Energy storage markets ‘resilient to the pandemic’, says Wärtsilä CEO

Artist rendering of the first US project to utilise Wärtsilä Energy's newest energy storage system solution, GridSolv Quantum, in Martinsville, Virginia. Image: Wärtsilä.

Wärtsilä Corporation’s CEO has said that “activity in the energy storage market held up well” in 2020 despite a difficult year for the company due to prevailing market conditions around the COVID-19 pandemic.

Wärtsilä has just reported its financial results for January to December 2020 and company president and CEO Jaakko Eskola said that many of the end markets Wärtsilä operates in have been “heavily affected by the coronavirus outbreak and the measures taken globally to contain the pandemic”.

However, he said, although the company’s order intake declined as a consequence of postponements in new power plant activity and shipping inactivity, as well as travel restrictions that limited ability of service engineers to get to customer sites and energy asset utilisation decreased, the CEO was “pleased to note some areas of resilience”.

The energy storage market was one of those, “driven by the increasing need for short-term flexibility,” Eskola said, along with some buoyancy in business areas relating to the digitisation of marine markets, while the company was also able to implement some strategies to mitigate the restrictions to physical travel and other challenges.

The Finnish company is one of the leaders in the advanced energy storage system integration and technology solutions space globally, including in key markets such as the US and emerging regions including Asia. However, it also has a long history in the marine sector as well as designing and manufacturing natural gas and liquid fuel engines for the energy sector. Revenues and orders in those segments still far exceeding the newer energy storage business, which the company entered with the purchase of US energy storage company Greensmith in 2017.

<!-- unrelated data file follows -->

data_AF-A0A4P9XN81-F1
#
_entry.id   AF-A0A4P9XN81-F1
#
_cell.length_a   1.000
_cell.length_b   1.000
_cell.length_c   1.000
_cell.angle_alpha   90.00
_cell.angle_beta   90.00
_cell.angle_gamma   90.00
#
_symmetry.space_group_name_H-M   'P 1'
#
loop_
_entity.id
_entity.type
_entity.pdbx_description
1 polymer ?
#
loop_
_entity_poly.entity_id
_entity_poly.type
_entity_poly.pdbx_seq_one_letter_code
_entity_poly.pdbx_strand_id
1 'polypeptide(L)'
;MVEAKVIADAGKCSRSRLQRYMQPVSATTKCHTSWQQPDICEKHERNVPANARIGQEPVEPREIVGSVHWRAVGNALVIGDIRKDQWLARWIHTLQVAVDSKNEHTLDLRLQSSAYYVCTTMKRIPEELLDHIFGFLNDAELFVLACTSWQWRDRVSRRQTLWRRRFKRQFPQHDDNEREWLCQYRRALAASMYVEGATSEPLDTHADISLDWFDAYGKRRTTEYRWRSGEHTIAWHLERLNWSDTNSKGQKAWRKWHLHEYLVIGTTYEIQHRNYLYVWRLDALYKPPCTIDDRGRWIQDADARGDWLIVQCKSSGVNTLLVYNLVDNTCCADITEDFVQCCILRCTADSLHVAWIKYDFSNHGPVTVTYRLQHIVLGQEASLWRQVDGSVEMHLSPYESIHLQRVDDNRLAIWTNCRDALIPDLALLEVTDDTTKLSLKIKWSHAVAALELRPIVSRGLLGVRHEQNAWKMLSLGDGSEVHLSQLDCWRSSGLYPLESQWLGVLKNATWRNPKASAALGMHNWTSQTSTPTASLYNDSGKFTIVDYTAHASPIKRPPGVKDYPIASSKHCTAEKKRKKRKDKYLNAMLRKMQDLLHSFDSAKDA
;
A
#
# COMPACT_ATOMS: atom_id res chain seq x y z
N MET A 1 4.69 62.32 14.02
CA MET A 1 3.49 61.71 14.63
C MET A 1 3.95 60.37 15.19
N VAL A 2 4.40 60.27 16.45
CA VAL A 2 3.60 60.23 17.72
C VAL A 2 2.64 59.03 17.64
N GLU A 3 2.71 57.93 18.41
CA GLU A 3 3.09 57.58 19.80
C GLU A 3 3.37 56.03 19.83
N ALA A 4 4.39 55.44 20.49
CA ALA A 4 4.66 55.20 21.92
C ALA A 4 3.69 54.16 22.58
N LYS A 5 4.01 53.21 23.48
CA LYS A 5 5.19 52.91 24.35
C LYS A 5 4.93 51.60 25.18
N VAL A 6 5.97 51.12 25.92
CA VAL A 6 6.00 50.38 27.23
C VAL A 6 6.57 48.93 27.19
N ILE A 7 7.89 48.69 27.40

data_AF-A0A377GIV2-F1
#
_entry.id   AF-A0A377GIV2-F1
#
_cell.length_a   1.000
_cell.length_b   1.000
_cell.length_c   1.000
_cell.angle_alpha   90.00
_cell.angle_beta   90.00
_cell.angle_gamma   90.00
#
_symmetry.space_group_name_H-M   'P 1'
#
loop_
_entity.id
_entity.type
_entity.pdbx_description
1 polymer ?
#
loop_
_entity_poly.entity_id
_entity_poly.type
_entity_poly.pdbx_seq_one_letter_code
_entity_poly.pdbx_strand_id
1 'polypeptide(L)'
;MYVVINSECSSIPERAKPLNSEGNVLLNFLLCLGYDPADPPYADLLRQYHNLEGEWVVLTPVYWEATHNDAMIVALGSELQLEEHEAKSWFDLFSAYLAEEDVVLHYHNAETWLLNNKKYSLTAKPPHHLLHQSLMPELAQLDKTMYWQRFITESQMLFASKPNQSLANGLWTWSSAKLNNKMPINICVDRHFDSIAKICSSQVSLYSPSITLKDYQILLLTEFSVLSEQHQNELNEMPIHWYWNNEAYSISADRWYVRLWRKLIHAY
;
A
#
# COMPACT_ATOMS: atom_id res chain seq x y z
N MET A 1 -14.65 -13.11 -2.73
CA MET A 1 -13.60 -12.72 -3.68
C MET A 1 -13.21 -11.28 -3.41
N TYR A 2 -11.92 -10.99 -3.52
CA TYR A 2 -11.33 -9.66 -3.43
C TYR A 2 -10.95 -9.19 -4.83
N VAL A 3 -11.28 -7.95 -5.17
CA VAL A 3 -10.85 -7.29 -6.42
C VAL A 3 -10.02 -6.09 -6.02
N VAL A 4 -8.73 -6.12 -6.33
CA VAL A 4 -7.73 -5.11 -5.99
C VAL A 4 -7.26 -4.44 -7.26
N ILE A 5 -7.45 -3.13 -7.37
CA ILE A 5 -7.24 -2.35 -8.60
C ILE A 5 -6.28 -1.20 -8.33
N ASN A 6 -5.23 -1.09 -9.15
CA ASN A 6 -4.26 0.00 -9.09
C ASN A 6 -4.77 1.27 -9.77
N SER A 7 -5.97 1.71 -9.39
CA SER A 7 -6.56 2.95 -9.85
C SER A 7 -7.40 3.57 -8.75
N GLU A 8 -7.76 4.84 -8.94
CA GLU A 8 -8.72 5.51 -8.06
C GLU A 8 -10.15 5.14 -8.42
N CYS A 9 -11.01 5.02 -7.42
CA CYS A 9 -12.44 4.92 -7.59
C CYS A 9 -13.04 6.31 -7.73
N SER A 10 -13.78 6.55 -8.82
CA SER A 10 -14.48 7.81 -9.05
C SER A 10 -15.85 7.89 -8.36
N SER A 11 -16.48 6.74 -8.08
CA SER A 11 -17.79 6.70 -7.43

Battery storage activity driven by markets with increasing renewables penetration

The company was exposed to the almost complete tail-off in demand from the cruise ship sector, for example, as well as by the fall in demand for oil affecting its offshore businesses. The company’s overall order intake decreased by 18% from €5,327 million (US$6,452 million) in January-December 2019 to €4,359 million in the same period of 2020. Net sales in all segments decreased from €5,170 million to €4,604 million, a drop of 11%.

The company reports energy storage financial figures as part of its energy business segment, which also includes orders for gas turbines and liquid power plants. However, it did note the order intake for energy storage in megawatts: in January to December 2019 the company received orders for 423MW of energy storage, while in the same period of 2020 it received 375MW of orders, an 11% difference. By contrast, orders in the oil segment fell by 20% from 124MW to 99 MW and in gas by 24% from 1,413MW to 1,071MW.

The company’s report stated that “energy storage markets were resilient to the pandemic, and activity was at a good level,” elsewhere noting that the increasing need for short-term flexibility that batteries can provide is driven by markets with a high share of renewables. Highlights during the year included an order for a 90MW / 90MWh energy storage system for an unnamed customer in Southeast Asia which was announced in October, as well as the launch of the company’s latest energy storage solution GridSolv Quantum. The first deployment for Gridsolv Quantum in the US was for a ‘critical municipal infrastructure project’ in Virginia, also announced in October. 

The final two months of the year saw a strong finish with orders including two large-scale energy storage systems to support renewable energy integration in the US, one of 40MW / 80MWh and another of 123MW / 185MWh.

The company has long been championing the cause of progressing the world’s energy use to 100% renewable, despite its history and current activities that have involved it with fossil fuels. As such, in addition to its interest in battery energy storage, the company said that in time it hopes to be able to adapt its combustion engines to run on hydrogen and is committing to R&D activities in that area.

Wärtsilä also opened an Energy Transition Lab in 2020 aimed at helping the company to better understand the impact of solar and wind on pricing in electricity markets. Meanwhile, it was also given a boost by another renewable energy market dynamic during the year: “the unexpected growth” in offshore wind projects generated new opportunities for specialist marine solutions.

CEO Jaakko Eskola is retiring this month, with Håkan Agnevall, a former executive at motor company Volvo set to take over on 2 February. In his final results presentation, Eskola said that the “demand environment is likely to remain challenging in the short term, with near-term demand similar to the levels seen in early 2020,” although the rollout of the coronavirus vaccine brings hope. Looking forwards, he said, the company’s strategies and recent organisational changes position the company well to “capture opportunities arising from decarbonisation efforts in both the marine and energy markets”.

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